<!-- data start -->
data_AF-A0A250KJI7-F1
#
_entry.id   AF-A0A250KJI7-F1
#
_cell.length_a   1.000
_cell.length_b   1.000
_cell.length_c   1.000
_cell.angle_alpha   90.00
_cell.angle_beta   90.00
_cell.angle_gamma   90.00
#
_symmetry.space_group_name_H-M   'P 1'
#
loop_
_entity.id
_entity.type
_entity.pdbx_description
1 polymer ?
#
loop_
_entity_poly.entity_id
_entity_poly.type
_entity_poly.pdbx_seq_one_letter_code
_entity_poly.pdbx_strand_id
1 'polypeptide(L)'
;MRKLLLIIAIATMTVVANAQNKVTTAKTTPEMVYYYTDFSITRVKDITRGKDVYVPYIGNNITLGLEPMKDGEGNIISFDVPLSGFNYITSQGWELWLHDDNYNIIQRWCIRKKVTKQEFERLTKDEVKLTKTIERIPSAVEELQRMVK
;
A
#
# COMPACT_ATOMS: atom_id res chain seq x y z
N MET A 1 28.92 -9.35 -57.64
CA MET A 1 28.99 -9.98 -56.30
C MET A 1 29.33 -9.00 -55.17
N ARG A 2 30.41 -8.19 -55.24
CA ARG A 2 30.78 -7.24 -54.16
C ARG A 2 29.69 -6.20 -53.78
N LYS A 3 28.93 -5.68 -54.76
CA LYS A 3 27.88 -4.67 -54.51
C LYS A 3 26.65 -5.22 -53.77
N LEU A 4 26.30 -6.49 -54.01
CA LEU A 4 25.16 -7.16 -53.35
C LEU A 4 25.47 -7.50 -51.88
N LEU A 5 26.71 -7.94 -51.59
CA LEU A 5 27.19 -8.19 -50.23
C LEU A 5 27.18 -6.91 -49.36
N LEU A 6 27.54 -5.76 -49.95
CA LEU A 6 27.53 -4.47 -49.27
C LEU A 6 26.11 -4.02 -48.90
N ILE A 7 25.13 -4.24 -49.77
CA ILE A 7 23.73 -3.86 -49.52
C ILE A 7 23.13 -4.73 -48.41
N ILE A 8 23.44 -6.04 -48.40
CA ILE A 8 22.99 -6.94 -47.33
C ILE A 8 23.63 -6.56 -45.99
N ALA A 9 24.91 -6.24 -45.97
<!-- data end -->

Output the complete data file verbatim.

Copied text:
data_AF-A0A250KJI7-F1
#
_entry.id   AF-A0A250KJI7-F1
#
_cell.length_a   1.000
_cell.length_b   1.000
_cell.length_c   1.000
_cell.angle_alpha   90.00
_cell.angle_beta   90.00
_cell.angle_gamma   90.00
#
_symmetry.space_group_name_H-M   'P 1'
#
loop_
_entity.id
_entity.type
_entity.pdbx_description
1 polymer ?
#
loop_
_entity_poly.entity_id
_entity_poly.type
_entity_poly.pdbx_seq_one_letter_code
_entity_poly.pdbx_strand_id
1 'polypeptide(L)'
;MRKLLLIIAIATMTVVANAQNKVTTAKTTPEMVYYYTDFSITRVKDITRGKDVYVPYIGNNITLGLEPMKDGEGNIISFDVPLSGFNYITSQGWELWLHDDNYNIIQRWCIRKKVTKQEFERLTKDEVKLTKTIERIPSAVEELQRMVK
;
A
#
# COMPACT_ATOMS: atom_id res chain seq x y z
N MET A 1 28.92 -9.35 -57.64
CA MET A 1 28.99 -9.98 -56.30
C MET A 1 29.33 -9.00 -55.17
N ARG A 2 30.41 -8.19 -55.24
CA ARG A 2 30.78 -7.24 -54.16
C ARG A 2 29.69 -6.20 -53.78
N LYS A 3 28.93 -5.68 -54.76
CA LYS A 3 27.88 -4.67 -54.51
C LYS A 3 26.65 -5.22 -53.77
N LEU A 4 26.30 -6.49 -54.01
CA LEU A 4 25.16 -7.16 -53.35
C LEU A 4 25.47 -7.50 -51.88
N LEU A 5 26.71 -7.94 -51.59
CA LEU A 5 27.19 -8.19 -50.23
C LEU A 5 27.18 -6.91 -49.36
N LEU A 6 27.54 -5.76 -49.95
CA LEU A 6 27.53 -4.47 -49.27
C LEU A 6 26.11 -4.02 -48.90
N ILE A 7 25.13 -4.24 -49.77
CA ILE A 7 23.73 -3.86 -49.52
C ILE A 7 23.13 -4.73 -48.41
N ILE A 8 23.44 -6.04 -48.40
CA ILE A 8 22.99 -6.94 -47.33
C ILE A 8 23.63 -6.56 -45.99
N ALA A 9 24.91 -6.24 -45.97